The Race For Artificial General Intelligence Intensifies

The Race For Artificial General Intelligence Intensifies

AGI can enable robots to understand, learn, and do intellectual activities in the same way as humans

The race for Artificial General Intelligence (AGI) is intensifying with OpenAI, supported by Microsoft, coming out with its newest version of an algorithm that can create life-like images based only on simple English description of the scene, and Google’s DeepMind launching its AGI algorithm that can play video games, caption images, and move robotic arms with an extremely high degree of human-like exactness. Both these algorithms have been trained on billions of datasets of images and text, collected from the Internet. AGI is known for enabling intelligent robots to understand, learn, and do intellectual activities in the same way as humans do.

Accurate images from textual description

In January 2021, OpenAI, an artificial intelligence (AI) research laboratory, introduced DALL-E. One year later, the company’s newest system, DALL-E 2, generates more realistic and accurate images with 4x greater resolution. DALL-E is an AI program that creates images from textual descriptions. It uses a 12-billion parameter version of the GPT-3 Transformer model to interpret natural language inputs and generate corresponding images. It can create images of realistic objects as well as objects that do not exist in reality. The company, worried about its harmful potential, has avoided releasing the program in the market.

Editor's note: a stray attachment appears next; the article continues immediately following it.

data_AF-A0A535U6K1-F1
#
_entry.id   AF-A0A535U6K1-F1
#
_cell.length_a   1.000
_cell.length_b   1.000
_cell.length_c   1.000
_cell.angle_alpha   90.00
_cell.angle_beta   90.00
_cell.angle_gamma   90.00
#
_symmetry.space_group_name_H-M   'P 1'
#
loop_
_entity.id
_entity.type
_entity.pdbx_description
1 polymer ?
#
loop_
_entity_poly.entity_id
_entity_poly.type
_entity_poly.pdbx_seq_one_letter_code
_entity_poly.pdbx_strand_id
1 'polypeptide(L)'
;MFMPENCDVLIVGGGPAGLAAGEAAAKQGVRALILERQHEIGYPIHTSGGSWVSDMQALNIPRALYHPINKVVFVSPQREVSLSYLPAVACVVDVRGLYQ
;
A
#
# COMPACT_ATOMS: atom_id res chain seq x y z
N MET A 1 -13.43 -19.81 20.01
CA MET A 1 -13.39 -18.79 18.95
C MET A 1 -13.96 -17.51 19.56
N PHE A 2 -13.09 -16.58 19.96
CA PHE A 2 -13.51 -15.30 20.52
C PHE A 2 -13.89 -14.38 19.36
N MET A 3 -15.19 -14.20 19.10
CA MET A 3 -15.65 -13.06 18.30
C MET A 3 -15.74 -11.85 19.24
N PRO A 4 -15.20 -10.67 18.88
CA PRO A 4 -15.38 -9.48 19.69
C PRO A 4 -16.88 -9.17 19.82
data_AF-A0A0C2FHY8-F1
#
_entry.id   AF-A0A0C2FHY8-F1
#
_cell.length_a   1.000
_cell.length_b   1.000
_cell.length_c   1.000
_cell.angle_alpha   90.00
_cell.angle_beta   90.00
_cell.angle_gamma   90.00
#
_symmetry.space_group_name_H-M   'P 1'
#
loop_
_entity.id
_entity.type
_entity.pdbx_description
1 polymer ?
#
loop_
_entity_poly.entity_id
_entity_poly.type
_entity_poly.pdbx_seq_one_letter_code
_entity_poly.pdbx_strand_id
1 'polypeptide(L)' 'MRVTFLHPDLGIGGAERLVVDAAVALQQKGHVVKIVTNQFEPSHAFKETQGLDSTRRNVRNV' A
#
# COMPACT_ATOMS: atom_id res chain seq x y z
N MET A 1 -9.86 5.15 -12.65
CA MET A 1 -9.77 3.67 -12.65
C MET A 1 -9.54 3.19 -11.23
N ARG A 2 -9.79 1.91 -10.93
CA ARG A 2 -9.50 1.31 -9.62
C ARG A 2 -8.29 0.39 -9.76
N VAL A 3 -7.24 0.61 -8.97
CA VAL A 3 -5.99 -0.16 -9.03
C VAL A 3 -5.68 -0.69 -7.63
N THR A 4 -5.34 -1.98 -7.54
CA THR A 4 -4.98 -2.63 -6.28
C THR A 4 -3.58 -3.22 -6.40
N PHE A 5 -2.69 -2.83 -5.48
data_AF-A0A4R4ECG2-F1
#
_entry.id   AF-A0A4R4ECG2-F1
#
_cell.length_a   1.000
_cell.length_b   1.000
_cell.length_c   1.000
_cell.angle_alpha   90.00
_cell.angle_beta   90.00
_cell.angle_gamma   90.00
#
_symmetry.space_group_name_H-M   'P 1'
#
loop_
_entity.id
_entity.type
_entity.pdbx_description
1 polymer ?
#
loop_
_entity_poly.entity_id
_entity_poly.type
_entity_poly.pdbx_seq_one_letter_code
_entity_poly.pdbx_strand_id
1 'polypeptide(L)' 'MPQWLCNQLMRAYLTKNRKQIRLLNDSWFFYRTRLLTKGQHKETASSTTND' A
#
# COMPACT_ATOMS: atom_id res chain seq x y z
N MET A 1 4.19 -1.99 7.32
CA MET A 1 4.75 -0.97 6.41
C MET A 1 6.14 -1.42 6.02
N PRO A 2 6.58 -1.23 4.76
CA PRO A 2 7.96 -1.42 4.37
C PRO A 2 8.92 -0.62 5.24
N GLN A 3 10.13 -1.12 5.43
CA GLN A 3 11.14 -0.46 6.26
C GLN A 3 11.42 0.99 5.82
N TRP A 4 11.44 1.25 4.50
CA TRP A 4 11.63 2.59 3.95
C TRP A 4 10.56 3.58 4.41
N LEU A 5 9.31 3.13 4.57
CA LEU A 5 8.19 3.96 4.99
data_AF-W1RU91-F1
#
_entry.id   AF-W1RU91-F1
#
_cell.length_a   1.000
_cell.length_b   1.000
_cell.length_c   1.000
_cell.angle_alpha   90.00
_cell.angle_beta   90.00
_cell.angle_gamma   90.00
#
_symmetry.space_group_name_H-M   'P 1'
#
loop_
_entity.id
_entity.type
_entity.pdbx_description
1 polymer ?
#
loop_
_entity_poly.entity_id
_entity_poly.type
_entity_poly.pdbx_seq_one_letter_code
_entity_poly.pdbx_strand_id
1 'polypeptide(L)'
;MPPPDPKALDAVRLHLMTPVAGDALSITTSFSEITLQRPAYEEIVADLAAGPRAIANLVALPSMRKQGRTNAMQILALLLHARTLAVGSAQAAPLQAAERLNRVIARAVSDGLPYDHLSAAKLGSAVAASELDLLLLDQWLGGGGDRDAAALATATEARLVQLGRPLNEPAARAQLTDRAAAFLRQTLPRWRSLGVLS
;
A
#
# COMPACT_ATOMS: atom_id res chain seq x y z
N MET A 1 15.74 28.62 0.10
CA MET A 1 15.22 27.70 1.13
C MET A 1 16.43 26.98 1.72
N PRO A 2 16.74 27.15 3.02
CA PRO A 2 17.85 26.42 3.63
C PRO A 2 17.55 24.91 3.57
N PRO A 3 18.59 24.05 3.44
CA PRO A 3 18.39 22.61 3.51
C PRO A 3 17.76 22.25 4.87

OpenAI’s mission is to ensure that artificial general intelligence (AGI) – by which we mean highly autonomous systems that outperform humans at most economically valuable work – benefits all of humanity. Microsoft has invested $1 billion in OpenAI to support its AGI initiative.

Image: Dall-E(left) and Dall-E 2(right) outputs for the same instruction: “a painting of a fox sitting
in a field at sunrise in the style of Claude Monet”. Note how Dall-E 2 could reproduce the style of the iconic French painter with much greater authenticity; Source:

DeepMind algorithm performs 600 tasks

Close on the heels of DALL-E2, Google’s DeepMind released Gato, a generalist AI algorithm that can perform many different tasks that humans can do, without carving a niche for itself as an expert on one task. Gato can perform more than 600 different tasks, such as playing video games, captioning images, and moving real-world robotic arms. Gato is a multi-modalmulti-taskmulti-embodiment generalist policy.

DALL-E 2 was trained using a combination of photos gathered from the internet and acquired from licensed sources, according to the document authored by OpenAI ethics and policy researchers. OpenAI did make efforts to mitigate toxicity or the spread of disinformation, applying text filters to the image generator and removing some images that were sexually explicit or gory. The training dataset included 650 million images and text captions, according to developers familiar with the algorithm.

Learning from billions of datasets